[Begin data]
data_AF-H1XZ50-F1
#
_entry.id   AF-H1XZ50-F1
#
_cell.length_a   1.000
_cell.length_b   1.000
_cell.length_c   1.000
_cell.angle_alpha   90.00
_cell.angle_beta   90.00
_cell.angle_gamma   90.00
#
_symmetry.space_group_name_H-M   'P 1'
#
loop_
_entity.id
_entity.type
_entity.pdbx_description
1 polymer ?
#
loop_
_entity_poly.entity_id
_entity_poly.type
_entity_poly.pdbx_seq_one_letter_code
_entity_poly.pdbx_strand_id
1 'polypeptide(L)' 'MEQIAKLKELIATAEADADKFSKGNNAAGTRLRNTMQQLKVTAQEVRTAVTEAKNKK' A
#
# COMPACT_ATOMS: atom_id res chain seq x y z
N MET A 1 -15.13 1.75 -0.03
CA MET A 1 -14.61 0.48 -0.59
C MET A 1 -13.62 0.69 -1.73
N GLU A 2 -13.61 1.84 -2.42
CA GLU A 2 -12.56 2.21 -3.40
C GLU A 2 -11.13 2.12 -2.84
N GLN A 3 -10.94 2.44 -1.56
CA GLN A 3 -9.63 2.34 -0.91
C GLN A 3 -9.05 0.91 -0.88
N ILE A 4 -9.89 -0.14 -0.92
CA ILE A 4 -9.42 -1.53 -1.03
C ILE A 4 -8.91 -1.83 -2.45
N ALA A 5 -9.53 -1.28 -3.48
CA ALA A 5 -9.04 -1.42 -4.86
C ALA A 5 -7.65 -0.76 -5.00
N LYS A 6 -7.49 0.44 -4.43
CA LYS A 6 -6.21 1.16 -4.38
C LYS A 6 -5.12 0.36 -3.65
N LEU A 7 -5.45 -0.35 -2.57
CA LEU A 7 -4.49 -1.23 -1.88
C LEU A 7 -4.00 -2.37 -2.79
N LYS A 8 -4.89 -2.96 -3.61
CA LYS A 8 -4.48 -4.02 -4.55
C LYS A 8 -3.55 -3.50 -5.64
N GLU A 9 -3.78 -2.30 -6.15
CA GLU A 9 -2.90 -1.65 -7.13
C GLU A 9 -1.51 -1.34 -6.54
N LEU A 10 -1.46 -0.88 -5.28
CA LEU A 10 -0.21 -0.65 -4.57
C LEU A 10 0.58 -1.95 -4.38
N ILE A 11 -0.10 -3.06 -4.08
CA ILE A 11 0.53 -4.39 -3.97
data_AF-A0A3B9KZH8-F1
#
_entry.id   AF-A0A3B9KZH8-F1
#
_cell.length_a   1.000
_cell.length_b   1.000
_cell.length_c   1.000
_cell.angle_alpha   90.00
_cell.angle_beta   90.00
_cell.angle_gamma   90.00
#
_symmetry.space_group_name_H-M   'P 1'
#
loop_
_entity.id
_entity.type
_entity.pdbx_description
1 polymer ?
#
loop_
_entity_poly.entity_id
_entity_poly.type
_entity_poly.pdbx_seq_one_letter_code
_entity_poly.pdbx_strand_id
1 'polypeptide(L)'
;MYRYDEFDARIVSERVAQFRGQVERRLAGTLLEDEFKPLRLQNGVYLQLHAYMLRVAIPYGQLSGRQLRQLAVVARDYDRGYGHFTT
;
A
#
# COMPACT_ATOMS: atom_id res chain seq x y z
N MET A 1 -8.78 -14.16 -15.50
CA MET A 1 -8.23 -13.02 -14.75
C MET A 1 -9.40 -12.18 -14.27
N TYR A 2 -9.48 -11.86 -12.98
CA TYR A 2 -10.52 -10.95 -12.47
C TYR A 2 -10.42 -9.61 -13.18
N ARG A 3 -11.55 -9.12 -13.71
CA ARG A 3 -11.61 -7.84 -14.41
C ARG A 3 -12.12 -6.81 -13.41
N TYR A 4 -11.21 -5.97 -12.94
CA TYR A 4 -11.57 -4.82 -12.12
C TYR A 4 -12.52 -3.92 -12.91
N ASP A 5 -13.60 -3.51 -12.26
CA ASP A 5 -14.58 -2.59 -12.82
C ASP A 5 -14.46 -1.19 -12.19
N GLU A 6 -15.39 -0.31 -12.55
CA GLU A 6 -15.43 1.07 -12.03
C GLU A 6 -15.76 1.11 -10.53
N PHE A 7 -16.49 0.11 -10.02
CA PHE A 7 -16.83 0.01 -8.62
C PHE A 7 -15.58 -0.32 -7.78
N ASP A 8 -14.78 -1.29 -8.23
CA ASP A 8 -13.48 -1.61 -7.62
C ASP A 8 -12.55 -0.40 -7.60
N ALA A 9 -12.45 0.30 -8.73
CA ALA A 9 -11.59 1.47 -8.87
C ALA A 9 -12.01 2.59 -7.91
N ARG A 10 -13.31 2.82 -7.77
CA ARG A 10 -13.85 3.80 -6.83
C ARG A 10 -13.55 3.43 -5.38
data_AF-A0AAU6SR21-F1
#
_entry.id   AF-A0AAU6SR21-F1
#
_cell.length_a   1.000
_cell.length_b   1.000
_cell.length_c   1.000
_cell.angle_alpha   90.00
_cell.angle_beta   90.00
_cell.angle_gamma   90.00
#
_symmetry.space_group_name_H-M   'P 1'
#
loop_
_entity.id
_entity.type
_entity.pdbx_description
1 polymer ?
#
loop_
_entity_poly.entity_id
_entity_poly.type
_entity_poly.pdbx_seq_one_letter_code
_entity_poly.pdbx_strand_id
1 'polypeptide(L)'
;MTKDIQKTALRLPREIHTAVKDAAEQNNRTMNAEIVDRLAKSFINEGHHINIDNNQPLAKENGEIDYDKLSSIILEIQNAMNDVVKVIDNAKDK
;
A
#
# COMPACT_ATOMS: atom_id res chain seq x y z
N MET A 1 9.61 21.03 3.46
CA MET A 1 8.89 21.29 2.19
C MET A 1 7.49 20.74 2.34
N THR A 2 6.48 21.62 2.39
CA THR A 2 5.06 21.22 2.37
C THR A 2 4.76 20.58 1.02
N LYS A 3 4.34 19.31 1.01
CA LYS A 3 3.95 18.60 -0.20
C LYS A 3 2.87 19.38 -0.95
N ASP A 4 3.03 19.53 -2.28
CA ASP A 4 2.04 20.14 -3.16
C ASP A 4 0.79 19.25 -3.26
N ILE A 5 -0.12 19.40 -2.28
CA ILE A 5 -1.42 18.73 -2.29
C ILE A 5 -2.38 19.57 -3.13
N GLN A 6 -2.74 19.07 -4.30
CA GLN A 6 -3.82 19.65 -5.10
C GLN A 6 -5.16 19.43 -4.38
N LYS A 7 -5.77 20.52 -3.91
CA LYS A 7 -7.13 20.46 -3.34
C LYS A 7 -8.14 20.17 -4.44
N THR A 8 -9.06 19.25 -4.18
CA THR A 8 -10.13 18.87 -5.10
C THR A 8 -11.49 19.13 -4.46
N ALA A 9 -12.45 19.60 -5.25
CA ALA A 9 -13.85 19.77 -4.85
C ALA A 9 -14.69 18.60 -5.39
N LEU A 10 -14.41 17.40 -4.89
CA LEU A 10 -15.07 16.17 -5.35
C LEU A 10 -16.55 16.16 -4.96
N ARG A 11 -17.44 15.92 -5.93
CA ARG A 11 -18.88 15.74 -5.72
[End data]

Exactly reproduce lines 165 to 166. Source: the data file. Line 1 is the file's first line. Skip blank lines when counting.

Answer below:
N GLN A 6 -2.74 19.07 -4.30
CA GLN A 6 -3.82 19.65 -5.10